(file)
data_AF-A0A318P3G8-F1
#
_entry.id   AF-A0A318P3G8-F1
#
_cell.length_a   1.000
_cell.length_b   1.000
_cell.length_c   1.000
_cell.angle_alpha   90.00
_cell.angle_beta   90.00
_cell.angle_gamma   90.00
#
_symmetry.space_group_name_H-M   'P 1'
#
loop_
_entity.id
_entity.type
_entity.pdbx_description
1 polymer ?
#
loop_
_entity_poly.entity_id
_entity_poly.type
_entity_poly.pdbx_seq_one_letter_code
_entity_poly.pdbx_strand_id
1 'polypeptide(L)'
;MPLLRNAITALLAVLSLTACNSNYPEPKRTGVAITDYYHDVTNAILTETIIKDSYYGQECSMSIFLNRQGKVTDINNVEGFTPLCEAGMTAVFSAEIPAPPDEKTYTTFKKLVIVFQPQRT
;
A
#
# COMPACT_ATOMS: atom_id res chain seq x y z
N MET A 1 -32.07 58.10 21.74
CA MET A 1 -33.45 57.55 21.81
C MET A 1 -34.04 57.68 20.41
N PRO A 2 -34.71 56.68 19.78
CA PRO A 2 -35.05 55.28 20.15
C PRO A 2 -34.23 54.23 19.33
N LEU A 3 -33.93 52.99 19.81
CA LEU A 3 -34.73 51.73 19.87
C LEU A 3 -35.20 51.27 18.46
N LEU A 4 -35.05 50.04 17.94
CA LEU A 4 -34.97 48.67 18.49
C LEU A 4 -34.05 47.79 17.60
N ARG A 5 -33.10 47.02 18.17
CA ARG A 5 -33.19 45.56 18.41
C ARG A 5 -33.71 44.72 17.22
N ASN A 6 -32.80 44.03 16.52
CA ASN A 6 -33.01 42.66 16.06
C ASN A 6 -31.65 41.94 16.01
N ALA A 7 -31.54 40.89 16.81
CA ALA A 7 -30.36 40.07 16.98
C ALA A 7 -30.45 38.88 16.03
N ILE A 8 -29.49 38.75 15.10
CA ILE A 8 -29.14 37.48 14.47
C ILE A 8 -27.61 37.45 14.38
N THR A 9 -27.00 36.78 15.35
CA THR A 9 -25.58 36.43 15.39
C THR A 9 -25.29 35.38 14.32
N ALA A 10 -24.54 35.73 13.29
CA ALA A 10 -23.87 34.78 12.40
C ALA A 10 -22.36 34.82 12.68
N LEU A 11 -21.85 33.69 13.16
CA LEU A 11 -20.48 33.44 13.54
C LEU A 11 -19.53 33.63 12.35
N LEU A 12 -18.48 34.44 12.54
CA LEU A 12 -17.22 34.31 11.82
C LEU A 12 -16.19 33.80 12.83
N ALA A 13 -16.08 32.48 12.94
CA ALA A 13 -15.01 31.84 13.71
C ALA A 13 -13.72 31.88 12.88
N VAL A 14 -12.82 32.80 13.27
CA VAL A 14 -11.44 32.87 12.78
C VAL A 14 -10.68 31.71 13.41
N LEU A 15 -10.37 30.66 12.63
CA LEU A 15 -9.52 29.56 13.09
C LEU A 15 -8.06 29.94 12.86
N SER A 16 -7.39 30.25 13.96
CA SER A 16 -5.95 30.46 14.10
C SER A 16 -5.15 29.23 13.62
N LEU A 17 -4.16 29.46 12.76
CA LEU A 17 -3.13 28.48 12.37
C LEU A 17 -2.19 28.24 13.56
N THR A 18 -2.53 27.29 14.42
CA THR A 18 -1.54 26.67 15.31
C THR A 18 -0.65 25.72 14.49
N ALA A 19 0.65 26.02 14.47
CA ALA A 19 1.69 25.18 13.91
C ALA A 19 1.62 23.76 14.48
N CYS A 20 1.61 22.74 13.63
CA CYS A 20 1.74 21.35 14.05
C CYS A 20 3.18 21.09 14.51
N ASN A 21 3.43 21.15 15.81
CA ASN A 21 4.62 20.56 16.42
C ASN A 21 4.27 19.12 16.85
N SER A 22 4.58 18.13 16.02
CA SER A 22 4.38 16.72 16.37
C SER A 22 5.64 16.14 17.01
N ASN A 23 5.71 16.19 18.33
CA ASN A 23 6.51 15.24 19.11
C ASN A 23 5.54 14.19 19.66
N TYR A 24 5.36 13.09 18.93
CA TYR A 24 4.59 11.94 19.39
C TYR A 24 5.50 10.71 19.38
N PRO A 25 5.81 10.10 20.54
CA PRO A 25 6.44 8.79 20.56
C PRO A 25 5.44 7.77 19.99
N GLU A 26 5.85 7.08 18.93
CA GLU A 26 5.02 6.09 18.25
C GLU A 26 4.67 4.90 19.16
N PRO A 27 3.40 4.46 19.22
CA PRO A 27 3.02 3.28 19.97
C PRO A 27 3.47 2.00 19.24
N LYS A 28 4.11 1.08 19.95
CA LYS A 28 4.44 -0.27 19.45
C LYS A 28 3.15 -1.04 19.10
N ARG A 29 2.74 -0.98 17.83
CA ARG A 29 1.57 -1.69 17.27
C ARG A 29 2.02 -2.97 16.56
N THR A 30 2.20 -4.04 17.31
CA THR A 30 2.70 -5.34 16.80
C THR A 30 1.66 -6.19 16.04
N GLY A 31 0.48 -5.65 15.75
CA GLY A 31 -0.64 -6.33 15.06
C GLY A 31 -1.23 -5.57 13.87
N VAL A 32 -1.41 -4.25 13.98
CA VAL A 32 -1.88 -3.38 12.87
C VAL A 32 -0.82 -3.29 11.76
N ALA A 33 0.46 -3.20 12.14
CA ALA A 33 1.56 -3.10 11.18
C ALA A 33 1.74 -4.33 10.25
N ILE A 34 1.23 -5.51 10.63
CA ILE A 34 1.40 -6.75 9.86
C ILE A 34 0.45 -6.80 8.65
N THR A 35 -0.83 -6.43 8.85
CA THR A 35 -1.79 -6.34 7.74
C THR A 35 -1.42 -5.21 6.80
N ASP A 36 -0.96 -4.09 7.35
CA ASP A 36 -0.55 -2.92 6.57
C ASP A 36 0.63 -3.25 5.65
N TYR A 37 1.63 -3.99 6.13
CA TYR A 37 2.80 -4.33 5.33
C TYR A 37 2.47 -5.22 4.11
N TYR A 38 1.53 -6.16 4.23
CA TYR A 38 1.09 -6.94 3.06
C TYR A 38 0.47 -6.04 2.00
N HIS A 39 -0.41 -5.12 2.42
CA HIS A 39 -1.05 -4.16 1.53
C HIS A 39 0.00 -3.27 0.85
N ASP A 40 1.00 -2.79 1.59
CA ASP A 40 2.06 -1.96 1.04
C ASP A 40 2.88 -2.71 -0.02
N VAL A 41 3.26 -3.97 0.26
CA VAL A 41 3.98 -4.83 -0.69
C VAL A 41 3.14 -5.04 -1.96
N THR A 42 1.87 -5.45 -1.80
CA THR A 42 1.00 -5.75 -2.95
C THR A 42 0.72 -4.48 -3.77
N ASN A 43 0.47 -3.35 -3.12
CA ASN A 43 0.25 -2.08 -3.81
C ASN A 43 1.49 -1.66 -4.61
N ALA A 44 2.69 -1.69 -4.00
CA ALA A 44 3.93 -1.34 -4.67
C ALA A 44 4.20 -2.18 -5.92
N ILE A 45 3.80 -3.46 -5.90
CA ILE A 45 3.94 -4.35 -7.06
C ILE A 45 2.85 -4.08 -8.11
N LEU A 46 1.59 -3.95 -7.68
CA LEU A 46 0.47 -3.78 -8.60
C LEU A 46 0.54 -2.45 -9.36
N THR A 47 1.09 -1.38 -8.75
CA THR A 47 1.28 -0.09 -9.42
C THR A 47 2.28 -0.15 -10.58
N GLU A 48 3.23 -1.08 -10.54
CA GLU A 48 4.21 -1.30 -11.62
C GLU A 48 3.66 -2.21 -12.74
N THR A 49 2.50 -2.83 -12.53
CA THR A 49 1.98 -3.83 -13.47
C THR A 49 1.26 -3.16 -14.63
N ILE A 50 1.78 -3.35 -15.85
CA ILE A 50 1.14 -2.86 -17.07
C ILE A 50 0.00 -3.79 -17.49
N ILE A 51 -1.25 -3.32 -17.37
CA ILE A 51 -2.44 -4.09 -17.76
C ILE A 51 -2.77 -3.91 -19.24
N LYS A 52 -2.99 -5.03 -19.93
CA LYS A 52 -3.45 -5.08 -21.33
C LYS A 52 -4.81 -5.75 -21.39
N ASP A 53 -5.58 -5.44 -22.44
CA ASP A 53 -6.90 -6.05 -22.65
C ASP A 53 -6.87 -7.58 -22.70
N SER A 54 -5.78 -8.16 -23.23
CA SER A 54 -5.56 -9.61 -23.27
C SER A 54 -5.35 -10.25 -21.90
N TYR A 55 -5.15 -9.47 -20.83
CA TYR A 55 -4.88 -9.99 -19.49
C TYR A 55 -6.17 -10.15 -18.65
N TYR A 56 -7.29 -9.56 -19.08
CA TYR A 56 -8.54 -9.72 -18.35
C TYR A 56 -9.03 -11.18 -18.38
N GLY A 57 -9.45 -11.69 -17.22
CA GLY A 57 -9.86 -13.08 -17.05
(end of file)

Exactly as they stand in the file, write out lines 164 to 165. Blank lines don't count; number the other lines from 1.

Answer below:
CA ILE A 45 3.94 -4.35 -7.06
C ILE A 45 2.85 -4.08 -8.11